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Found 4,018 Resources

airplane

National Museum of American History

airplane

National Museum of American History

Airplane

Smithsonian American Art Museum

Airplane

Smithsonian American Art Museum

Airplane

Smithsonian American Art Museum

Airplane

Cooper Hewitt, Smithsonian Design Museum
Circular, with notched gilded border and in the center a scene showing a stylized airplane flown by a young man and woman, a red flying carpet, a couple dressed in medieval costume, a chained ogre, caged birds

Airplane model

National Museum of the American Indian

Airplane Whirligig

Smithsonian American Art Museum

Airplane model

National Museum of the American Indian

Jefferson Airplane Rock Concert

National Museum of American History

Conran's: Airplane

Cooper Hewitt, Smithsonian Design Museum
Multicolor abstract design of beach with airplane towing "Conran's" sign.

Jefferson Airplane

Cooper Hewitt, Smithsonian Design Museum
Poster featuring psychedelic yellow and purple design on brown ground. Images of Jefferson Airplane band members framed in circles and a square with engulfing spheres with text: BILL GRAHAM PRESENTS IN SAN FRANCISCO / JEFFERSON AIRPLANE [additional information, date, location].

Jefferson Airplane

Cooper Hewitt, Smithsonian Design Museum
Mostly red poster depicting melted abstract shapes, biomorpic lettering: BILL GRAHAM PRESENTS IN SAN FRANCISCO / OCT 24 25 26; THURS / FRI SAT; JEFFERSON / AIRPLANE; RECORDING LIVE / BALLET AFRO-HAITI / AB. SKHY / TICKETS [ticket information in lower margin]. At center, an airplane with a woman upper body, centaur-motorcycles.

Airplane Harmonica

National Museum of American History
This harmonica was made by an undetermined maker in Japan, undetermined date. It is in the shape of an airplane, with 2 single holes and 1 reed.

The Airplane

Smithsonian American Art Museum

"America" Airplane

National Museum of American History

AIrplane Sculpture

Anacostia Community Museum

Toy Airplane

NMNH - Anthropology Dept.

"America" Airplane

National Museum of American History

"America" Airplane

National Museum of American History

Jefferson Airplane

National Portrait Gallery
Even the name seemed psychedelic. Jefferson Airplane was one of the first rock bands to fully capture the counterculture of the mid-1960s, quickly gaining national and then international fame. This 1966 poster featured a photograph of the band with its new lead vocalist, Grace Slick (born 1939). Jefferson Airplane’s irreverent lyrics—with references to sex, drugs, and radical politics—pulsating sound, and Slick’s soaring contralto and dramatic stage presence, launched the band into the national consciousness. The psychedelic posters commissioned by rock impresario Bill Graham for San Francisco’s Fillmore Auditorium suggest the dizzying, multisensory experience of many Fillmore events, which were often charged with high-decibel music, light shows, and mind-altering drugs. Although the wild lettering and colors that designer Wes Wilson used rendered the advertisement almost illegible, this innovative style successfully evoked the burgeoning hippie counterculture.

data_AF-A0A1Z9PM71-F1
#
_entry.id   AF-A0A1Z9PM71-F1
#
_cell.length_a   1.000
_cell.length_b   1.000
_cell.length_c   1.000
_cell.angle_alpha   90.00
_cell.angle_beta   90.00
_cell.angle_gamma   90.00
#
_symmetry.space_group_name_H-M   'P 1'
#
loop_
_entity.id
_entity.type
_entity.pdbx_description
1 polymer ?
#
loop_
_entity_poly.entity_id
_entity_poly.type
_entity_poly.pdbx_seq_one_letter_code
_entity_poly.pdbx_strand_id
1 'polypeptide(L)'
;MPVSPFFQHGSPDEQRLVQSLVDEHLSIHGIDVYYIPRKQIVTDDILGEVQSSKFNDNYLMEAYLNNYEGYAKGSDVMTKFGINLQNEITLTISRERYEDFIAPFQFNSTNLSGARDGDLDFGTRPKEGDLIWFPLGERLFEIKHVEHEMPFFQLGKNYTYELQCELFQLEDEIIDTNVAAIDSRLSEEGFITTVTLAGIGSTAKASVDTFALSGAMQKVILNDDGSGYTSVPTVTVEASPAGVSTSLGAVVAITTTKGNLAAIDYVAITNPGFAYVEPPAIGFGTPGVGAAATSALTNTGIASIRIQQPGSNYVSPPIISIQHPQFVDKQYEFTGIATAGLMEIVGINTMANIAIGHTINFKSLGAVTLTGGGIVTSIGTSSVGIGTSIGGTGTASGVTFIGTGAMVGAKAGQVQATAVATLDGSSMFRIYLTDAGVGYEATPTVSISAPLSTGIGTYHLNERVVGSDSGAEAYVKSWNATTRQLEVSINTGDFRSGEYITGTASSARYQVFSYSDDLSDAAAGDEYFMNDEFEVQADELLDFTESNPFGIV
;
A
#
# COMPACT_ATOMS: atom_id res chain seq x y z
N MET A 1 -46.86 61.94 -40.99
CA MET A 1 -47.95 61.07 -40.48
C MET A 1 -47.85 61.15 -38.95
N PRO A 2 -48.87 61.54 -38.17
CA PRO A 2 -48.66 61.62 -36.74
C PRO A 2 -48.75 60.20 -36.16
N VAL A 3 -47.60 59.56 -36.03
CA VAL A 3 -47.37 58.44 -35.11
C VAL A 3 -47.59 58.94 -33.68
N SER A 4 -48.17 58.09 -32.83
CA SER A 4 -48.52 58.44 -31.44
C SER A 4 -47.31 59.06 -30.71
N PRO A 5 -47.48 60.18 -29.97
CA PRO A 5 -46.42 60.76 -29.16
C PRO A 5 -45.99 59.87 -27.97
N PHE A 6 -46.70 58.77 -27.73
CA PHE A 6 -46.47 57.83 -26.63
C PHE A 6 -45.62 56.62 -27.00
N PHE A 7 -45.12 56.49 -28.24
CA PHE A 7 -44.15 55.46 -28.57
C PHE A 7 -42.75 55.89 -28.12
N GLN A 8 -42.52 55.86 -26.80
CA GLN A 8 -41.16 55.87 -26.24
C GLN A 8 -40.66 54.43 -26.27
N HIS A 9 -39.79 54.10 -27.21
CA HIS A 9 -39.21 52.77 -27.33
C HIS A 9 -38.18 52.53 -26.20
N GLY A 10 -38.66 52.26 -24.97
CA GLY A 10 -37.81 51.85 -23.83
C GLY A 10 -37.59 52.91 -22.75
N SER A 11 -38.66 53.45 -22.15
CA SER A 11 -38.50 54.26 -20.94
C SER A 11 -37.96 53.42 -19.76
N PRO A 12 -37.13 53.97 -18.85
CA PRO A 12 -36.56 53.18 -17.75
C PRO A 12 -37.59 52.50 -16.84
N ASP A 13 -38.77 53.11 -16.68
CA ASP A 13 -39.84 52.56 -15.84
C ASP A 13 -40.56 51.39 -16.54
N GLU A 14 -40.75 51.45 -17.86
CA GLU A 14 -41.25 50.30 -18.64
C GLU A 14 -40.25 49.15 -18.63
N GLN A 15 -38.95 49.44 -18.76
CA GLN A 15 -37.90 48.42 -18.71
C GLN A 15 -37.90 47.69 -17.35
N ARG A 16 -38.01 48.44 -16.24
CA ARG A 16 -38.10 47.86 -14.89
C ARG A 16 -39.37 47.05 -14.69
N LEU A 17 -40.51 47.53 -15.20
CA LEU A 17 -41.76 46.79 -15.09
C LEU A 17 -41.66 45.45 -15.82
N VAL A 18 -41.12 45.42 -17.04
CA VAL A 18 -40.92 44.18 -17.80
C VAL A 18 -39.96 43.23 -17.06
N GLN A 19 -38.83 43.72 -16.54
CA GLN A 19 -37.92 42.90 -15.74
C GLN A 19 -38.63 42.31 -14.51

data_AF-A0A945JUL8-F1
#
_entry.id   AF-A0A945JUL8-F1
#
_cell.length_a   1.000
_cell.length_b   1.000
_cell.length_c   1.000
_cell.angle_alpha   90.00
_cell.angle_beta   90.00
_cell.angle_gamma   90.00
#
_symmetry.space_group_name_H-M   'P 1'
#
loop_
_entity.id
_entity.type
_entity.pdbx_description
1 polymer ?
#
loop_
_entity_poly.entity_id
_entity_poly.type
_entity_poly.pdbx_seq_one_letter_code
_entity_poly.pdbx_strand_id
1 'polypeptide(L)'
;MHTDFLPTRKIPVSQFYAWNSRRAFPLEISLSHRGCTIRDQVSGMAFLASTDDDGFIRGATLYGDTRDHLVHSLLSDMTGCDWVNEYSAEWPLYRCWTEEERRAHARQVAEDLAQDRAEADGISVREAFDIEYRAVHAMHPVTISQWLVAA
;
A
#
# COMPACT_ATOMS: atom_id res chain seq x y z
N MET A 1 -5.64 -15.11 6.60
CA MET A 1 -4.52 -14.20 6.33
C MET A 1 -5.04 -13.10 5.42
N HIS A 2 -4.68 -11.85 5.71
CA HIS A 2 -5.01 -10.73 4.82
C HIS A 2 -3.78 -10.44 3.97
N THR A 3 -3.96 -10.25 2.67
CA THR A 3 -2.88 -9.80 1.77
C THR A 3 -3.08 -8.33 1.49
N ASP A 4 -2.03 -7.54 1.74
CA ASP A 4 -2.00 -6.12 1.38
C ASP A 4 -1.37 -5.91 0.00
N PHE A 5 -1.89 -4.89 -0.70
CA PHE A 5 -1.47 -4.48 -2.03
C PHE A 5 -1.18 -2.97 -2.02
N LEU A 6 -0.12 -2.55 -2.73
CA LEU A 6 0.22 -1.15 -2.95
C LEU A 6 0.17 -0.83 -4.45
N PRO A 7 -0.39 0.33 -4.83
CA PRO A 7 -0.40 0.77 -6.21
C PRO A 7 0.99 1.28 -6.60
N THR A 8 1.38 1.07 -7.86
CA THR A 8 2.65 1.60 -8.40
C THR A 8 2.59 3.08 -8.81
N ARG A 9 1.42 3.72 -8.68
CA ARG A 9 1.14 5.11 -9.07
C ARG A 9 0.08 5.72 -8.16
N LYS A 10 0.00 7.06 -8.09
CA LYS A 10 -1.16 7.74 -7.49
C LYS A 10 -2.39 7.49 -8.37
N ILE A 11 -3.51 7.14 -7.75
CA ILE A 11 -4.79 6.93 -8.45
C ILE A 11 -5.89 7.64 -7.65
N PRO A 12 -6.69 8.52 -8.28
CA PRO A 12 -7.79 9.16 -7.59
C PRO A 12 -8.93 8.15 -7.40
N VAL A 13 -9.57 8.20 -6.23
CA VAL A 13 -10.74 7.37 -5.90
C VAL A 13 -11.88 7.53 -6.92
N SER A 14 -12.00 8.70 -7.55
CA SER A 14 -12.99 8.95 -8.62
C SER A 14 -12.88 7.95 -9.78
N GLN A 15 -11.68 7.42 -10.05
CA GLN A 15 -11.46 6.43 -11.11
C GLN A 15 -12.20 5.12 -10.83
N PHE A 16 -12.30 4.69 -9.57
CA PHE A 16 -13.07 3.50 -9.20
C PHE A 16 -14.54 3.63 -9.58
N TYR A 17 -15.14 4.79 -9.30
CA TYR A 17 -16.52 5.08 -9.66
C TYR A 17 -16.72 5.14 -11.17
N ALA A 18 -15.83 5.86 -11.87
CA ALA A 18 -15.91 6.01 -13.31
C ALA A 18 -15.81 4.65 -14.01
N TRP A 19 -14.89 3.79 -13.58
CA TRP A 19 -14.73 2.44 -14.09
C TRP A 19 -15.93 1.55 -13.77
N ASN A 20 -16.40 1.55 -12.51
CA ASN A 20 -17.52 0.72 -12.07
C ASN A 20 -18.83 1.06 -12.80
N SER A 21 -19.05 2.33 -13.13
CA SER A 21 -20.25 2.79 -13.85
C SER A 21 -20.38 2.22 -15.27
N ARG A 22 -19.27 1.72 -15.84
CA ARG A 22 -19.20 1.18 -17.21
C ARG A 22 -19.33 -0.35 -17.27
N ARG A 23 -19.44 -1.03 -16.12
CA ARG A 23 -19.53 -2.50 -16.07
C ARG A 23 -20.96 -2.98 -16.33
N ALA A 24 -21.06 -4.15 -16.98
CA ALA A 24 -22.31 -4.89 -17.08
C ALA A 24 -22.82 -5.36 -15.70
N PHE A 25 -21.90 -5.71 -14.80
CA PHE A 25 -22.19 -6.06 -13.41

Airplane Anatomy

SI Center for Learning and Digital Access
Online activity in which students help Wilbur and Orville Wright design the 1903 Flyer. They learn that this first airplane had most of the same essential parts as a modern plane.

Jefferson Airplane

National Portrait Gallery
Rock promoter Bill Graham helped guide the Jefferson Airplane band to success in the vanguard of the country's anti-establishment hippie revolution. This advertisement for their 1967 concert at Graham's Fillmore Auditorium has all the elements of the classic psychedelic poster: searing colors, portraits of the musicians, ambiguous hand-drawn elements, and swelling letters that dance before the viewer's eyes. Such advertisements suggested the dizzying, multisensory experience of many Fillmore dance concerts, which were charged with high-decibel music, light shows, frenetic movement, and, often, mind-expanding drugs. The posters, visual symbols of the rock scene and the counterculture, began to vanish as soon as they appeared, grabbed by increasing numbers of collectors. Graham and other publishers produced extra quantities for retail sale, and poster stores opened in all the major cities. "Posters in every dimension and description . . . are being plastered across the U.S.," Life magazine reported in 1967.

engine cylinder, airplane

National Museum of American History
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